Who would be a CFO in 2022 as pressure builds to deliver more?

Chief financial officers are burdened with more responsibility than ever

Who would be a CFO in 2022 as pressure builds to deliver more?
Steve Randall

We’re used to high-profile chief executives taking centre stage – think Musk, Bezos, Zuckerberg – but what about those in charge of the money?

While chief financial officers (CFOs) may not be household names, investors rely on these safe hands at the wheel to deliver solid growth and increased earnings.

But being a CFO in 2022 is about a lot more than keeping the money flowing and looking after corporate assets.

CFOs are being burdened with an ever-widening range of responsibilities according to a new report from FTI Consulting.

Such is the pressure on CFOs that, when corporate executives were asked how long they expected their current CFO’s tenure at the firm to be, most said less than five years.

“As we’ve witnessed the CFO role pivot to be an enterprise value creator, expectations have heightened to also be a change leader that must achieve lofty financial performance goals,” said David White, a Senior Managing Director in the Office of the CFO Solutions practice at FTI Consulting. “However, amidst all the ‘traditional’ areas that CFOs must lead, there’s a new list of responsibilities and the added pressure of fostering culture and engagement that is amplified with a remote and virtual workforce.”

Growing responsibilities

Being a CFO in 2022 means being a driver of change, because the worlds of work and finance are changing fast.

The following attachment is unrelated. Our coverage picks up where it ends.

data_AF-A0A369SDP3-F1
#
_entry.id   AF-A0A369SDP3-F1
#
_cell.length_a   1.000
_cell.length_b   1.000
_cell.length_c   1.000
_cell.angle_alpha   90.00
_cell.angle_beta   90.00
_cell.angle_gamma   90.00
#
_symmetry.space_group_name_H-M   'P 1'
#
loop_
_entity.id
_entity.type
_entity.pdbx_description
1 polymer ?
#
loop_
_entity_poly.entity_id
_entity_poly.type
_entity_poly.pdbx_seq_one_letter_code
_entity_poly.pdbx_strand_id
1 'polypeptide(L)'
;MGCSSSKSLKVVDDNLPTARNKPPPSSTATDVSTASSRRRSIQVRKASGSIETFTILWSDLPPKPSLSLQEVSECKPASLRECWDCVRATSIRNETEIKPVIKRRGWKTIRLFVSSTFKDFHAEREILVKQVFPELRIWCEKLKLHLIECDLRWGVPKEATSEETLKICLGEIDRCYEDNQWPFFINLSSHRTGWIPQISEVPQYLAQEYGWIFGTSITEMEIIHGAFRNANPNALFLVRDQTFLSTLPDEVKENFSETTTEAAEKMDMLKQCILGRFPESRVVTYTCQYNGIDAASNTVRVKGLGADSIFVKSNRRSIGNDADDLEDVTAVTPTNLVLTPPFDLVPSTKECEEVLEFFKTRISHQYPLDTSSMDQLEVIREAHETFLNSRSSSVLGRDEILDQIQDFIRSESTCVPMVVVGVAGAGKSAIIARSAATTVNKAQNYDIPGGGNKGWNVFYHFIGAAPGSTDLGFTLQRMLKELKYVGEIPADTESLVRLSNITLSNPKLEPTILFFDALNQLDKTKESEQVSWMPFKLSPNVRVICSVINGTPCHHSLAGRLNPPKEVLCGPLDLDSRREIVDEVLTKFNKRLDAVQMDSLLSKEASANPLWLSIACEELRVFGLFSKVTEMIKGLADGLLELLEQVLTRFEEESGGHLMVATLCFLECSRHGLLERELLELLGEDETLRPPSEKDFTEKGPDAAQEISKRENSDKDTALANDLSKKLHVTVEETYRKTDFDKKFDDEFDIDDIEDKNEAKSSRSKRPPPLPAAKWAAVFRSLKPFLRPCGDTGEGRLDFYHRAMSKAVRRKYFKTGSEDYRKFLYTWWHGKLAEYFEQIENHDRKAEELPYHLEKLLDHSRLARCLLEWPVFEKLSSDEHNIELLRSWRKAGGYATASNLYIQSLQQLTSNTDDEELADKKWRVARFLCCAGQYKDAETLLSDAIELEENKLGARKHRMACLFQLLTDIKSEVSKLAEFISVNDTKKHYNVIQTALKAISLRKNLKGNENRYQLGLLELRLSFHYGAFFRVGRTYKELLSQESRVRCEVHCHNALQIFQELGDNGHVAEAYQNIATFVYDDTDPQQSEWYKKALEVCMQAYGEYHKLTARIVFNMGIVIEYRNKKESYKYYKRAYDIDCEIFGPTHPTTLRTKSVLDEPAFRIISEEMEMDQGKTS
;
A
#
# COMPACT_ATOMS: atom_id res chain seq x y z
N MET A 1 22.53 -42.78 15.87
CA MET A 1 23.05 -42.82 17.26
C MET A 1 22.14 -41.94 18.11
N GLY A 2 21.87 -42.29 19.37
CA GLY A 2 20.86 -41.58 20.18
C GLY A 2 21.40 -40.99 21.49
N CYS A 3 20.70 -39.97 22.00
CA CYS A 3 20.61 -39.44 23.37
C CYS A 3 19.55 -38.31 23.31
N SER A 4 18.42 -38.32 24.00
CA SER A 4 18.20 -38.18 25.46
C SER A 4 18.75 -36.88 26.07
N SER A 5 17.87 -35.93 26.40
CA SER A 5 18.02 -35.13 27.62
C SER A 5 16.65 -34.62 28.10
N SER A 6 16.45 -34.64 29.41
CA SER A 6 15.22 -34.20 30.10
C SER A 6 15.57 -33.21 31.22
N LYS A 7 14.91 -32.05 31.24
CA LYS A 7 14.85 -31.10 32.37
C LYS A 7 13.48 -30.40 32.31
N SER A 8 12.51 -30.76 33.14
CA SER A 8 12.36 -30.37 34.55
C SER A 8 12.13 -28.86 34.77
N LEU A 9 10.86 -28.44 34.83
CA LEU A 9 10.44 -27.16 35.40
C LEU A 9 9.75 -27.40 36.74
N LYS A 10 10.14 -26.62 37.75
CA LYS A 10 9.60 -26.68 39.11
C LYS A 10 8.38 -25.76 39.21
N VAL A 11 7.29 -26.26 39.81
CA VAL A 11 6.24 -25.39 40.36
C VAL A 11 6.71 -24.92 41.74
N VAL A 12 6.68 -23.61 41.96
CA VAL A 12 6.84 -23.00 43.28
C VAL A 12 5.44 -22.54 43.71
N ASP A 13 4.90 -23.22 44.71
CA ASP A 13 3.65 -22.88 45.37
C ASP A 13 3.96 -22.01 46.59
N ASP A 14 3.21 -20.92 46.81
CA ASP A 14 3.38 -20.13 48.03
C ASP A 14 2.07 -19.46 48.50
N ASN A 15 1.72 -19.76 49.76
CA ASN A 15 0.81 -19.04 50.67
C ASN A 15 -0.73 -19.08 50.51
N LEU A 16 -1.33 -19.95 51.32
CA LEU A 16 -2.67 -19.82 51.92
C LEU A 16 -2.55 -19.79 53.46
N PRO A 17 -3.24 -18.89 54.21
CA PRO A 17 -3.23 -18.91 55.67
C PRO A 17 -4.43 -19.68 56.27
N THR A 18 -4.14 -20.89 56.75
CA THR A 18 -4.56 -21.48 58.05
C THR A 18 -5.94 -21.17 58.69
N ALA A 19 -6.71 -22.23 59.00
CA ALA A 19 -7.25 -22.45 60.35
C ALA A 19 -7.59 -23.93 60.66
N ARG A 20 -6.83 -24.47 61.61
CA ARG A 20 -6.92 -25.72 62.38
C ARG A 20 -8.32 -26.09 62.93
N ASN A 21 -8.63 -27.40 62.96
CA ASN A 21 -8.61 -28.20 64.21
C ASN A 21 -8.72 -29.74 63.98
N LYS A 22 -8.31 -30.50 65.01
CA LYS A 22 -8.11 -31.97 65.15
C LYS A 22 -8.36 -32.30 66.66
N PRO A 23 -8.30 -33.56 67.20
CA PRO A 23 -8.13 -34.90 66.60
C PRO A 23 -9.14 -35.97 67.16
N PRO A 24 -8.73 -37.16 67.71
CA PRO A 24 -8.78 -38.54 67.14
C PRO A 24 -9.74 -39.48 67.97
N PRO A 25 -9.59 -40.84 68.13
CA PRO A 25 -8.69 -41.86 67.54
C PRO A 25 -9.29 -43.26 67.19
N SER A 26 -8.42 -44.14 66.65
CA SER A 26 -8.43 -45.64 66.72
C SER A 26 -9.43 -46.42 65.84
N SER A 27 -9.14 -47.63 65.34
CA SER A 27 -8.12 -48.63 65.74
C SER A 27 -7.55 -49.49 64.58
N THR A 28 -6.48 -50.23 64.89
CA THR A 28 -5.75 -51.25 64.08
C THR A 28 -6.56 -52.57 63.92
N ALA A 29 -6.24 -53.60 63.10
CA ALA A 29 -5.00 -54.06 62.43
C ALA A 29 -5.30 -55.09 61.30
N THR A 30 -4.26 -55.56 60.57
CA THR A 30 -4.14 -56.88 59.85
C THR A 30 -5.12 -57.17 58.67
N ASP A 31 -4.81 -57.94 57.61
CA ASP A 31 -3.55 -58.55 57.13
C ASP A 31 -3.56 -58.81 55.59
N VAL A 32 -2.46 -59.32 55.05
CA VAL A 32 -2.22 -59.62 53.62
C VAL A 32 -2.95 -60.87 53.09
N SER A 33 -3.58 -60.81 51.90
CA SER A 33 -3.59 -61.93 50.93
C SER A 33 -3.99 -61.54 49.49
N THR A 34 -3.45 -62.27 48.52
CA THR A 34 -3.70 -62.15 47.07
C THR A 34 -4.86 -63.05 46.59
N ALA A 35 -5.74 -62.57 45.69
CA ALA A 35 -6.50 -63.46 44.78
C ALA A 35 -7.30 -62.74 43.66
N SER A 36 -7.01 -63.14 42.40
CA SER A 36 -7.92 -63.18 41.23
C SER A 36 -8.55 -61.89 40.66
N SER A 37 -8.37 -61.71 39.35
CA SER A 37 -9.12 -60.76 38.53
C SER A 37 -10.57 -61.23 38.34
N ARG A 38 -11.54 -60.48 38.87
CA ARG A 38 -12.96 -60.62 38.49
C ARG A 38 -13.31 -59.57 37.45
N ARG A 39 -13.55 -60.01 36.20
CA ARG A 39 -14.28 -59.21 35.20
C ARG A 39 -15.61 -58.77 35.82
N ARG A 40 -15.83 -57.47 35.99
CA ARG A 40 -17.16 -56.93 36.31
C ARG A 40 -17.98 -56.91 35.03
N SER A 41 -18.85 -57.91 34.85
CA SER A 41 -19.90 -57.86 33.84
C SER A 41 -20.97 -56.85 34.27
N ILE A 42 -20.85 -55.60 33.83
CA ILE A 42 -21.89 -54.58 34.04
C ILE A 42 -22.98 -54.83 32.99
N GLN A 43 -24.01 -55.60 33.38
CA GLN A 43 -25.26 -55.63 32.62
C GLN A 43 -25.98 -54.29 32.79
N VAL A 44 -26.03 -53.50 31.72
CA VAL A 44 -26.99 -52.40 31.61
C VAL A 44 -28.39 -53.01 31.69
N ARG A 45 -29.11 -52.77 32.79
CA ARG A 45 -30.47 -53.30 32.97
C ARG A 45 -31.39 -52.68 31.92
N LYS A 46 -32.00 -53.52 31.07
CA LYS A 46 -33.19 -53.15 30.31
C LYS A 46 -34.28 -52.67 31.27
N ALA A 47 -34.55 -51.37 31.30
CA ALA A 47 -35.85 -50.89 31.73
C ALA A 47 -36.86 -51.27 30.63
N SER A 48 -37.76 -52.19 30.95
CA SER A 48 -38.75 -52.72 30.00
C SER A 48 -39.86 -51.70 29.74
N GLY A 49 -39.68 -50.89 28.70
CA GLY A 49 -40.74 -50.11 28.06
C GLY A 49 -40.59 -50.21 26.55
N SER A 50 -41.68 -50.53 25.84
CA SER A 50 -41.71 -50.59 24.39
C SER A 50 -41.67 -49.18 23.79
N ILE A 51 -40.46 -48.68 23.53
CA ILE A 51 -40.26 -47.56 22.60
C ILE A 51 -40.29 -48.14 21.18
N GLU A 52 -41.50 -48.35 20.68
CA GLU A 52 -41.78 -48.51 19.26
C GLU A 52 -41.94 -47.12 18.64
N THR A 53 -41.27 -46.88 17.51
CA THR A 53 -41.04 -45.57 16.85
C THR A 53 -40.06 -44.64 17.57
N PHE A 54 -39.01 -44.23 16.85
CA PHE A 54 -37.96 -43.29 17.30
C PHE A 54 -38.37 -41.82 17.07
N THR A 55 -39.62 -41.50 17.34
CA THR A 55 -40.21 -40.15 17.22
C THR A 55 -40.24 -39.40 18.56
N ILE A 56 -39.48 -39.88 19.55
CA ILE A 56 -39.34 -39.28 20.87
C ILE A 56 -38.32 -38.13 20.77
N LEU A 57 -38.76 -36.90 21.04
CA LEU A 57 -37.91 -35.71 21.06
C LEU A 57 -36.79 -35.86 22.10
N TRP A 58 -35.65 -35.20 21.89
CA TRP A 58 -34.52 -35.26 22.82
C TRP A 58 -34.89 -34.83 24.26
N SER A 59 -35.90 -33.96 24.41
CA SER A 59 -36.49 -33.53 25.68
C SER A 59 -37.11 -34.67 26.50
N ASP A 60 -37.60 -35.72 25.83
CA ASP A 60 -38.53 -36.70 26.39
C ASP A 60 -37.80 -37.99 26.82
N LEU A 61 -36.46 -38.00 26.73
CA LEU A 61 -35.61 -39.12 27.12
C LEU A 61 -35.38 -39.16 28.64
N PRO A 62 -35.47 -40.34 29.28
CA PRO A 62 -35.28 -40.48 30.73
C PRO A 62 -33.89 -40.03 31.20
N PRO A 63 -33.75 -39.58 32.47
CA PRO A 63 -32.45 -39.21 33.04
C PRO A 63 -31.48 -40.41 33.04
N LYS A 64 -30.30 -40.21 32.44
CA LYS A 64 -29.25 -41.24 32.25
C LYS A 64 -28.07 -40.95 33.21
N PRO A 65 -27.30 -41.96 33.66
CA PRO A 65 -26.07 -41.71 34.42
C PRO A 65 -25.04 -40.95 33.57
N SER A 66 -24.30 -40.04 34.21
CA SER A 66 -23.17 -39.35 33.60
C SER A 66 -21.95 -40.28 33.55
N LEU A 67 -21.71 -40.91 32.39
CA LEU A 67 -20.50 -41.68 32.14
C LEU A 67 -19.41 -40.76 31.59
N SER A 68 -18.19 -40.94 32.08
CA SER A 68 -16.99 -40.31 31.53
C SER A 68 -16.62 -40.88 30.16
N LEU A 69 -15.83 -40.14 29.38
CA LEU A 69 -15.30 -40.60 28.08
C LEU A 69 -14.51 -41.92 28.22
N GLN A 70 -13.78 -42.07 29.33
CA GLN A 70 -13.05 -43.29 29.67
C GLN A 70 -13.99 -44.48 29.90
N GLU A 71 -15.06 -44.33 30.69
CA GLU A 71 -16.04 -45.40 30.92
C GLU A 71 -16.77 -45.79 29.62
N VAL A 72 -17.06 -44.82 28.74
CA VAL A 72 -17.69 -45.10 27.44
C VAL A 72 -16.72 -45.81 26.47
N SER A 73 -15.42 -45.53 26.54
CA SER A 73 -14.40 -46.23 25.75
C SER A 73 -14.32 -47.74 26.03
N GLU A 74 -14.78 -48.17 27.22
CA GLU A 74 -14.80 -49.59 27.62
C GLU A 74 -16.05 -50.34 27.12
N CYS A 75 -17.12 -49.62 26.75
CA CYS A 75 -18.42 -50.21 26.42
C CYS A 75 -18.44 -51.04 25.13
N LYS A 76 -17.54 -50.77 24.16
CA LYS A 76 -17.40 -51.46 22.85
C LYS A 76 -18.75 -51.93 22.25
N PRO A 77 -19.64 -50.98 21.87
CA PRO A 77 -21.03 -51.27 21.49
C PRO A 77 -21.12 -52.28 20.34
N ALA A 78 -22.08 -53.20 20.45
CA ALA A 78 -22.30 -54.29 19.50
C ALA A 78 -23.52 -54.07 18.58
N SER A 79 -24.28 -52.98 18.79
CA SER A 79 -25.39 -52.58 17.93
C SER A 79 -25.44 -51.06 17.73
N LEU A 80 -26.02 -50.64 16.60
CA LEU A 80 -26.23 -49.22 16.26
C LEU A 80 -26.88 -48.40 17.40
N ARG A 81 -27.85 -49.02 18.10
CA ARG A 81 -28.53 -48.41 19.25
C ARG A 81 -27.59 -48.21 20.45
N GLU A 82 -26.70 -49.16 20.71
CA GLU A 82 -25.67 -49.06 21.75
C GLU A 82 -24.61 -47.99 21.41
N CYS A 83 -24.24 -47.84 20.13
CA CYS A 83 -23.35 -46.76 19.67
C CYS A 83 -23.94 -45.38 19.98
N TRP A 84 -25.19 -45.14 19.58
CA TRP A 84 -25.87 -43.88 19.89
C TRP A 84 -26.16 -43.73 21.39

These leaders are managing new ways of working, overseeing hybrid working arrangements for their companies and also navigating a finance talent shortage, often by using outsourced options.

Data is king these days and executives expect their CFO to deliver real-time insights into performance and other key metrics. Developing predictive analytics is a priority.

CFOs are also battling against the increasing threat of cybersecurity breaches and most (70%) are involved in their organization’s cyber incident response plan. More than three quarters of CFOs surveyed said that they assess cyber risks of third-party suppliers during procurement.

ESG focus

Then of course, there’s ESG.

Finance chiefs are increasingly focused on environment, social, and governance initiatives and more than half of respondents said establishing and making progress toward ESG objectives was of “high” importance, with 18.9% noting it as being of “critical” importance.

Top challenges and concerns were measuring return on investment for ESG initiatives, as well as sourcing, warehousing, analyzing and visualizing underlying ESG data.